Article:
It won’t go as far as losing the language as the author of the piece did. I still consume a lot of Korean-language media and write a lot in Korean. But it’s the speaking that is not getting much practice. In the past when I went back to Korea after I’d gone for long periods without speaking Korean, for the first day or so, I would find myself hesitating a bit more when I spoke as I struggled to find the right words.

    It’s a similar story with French, though at least I occasionally get to practice it here. But there is a bit of incredulity involved in seeing your grasp on your native language slip. I’m looking forward to being able to travel again not least so I can brush up on these languages.

  4. Athelstan John Cornish-Bowden says

    I haven’t lived in my native country for nearly 35 years. Before Covid-19 I used to go back from time to time, but each time I felt a bit more of a foreigner.

  5. My wife speaks on the phone to her parents in a macaronic mix of Taiwanese and English, often switching languages mid-paragraph or even mid-sentence. (There may be a little Mandarin in the mix as well, but not much.) Since the most likely reason for a switch is a gap in her heritage-speaker Taiwanese lexicon, it is quite advantageous that her parents have a reasonable degree of ESL fluency – if they had no English it would probably be much harder for them to have wide-ranging non-stilted conversations.* I don’t know how much the gaps in her Taiwanese lexicon are the result of forgetting lexemes she knew in childhood versus having never learned relevant lexemes for topics that now come up in adult conversation but that didn’t tend to come up in the intra-family conversations she had as a child.

    *I think sometimes she’ll just stick the English word into the middle of an otherwise Taiwanese sentence, other times she’ll shift at the problem word and then stay in English for the rest of the sentence and maybe the rest of the topic before shifting back.

  6. Athel Cornish-Bowden says

    I think sometimes she’ll just stick the English word into the middle of an otherwise Taiwanese sentence

    When my daughter was about 5 she used to do that, though in her case she would stick a French word into the middle of an English. It happened when she didn’t know the English word for what she wanted to say. It was always obvious from the virtual quotation marks (little pauses before and after the inserted word) that she knew perfectly well that it wasn’t an English word.

  7. My fluency in Hebrew depends a lot on the fluency of the person I’m talking with.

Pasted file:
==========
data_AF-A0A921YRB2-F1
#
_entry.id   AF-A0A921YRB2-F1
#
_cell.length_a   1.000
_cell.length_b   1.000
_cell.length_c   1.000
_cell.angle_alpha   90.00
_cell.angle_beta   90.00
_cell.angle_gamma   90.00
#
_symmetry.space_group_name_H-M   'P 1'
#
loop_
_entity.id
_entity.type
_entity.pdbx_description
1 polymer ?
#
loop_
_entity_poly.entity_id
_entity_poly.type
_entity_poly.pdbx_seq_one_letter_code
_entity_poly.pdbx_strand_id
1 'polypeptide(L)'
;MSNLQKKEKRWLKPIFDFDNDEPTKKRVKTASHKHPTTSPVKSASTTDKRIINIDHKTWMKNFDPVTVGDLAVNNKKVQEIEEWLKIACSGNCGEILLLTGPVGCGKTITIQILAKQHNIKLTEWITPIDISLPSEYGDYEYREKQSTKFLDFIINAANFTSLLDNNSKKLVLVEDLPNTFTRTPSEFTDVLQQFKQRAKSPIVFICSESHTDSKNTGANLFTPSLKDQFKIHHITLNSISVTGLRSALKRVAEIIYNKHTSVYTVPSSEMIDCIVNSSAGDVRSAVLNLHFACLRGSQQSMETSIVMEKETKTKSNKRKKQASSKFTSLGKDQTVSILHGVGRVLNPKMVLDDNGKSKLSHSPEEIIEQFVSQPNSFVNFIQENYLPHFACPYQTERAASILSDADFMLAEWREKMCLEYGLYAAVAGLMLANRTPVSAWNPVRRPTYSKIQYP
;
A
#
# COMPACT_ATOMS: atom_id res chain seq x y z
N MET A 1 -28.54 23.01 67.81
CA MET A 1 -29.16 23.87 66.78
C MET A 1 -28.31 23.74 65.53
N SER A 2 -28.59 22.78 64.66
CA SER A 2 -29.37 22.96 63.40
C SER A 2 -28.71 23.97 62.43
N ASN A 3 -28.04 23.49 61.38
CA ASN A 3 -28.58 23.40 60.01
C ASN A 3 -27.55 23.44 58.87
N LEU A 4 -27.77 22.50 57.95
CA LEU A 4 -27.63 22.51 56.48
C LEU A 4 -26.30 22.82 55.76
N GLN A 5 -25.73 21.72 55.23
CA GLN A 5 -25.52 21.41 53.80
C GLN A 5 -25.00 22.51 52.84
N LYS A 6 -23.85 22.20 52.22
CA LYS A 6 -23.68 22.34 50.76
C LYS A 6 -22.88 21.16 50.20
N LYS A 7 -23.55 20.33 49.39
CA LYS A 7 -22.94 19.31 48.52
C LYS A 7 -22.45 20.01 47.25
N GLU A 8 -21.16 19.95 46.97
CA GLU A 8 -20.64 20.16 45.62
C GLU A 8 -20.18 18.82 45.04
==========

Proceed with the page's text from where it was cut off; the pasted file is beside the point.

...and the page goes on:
8. Frankly this has a lot more to do with emigrating from your homeland than anything to do with language.

    I disagree. I identified with a number of things in this piece even though I’ve kept my first language.

    One thing that struck me though is that she didn’t just lose her Cantonese. When she was a teenager she kind of rejected it ( “With nowhere to channel my fury, I spoke English to my parents, knowing that they couldn’t understand me. I was cruel; I called them hurtful names and belittled their intelligence. I used English, a language they admired, against them.“)

    I think translation apps are wonderful. I use Google translate all the time. If I was her, though, I think I’d bite the bullet and study Cantonese from the very beginning using a course or a textbook.

    As someone once said, “You don’t know what you don’t know” and I think the children of immigrants are made vulnerable by this and end up feeling insecure. I think it’s worth the price of embarrassment over relearning your own language in order to lose that insecurity and the worse embarrassment that comes with it.

  9. As someone once said, “You don’t know what you don’t know”

    Very true, and it holds also for The Right Way to Learn a Language.

  10. A very moving article!

    I’m wondering how much the writer’s upward class journey contributed to the distance between her and her parents. Her story reminds me of other stories from people who made a class journey through education. I like how the article ends on a positive note. I’m reminded of a rather depressing poem, but the poem ends with the loneliness of the father.

    Movies and other pop culture is a great way to learn a language. Not only do you learn the language, you also learn shared references and shared culture. A good activitity to do together at a distance, too.

  11. in her case she would stick a French word into the middle of an English

    “Speak in French when you can’t think of the English for a thing” (it saves time)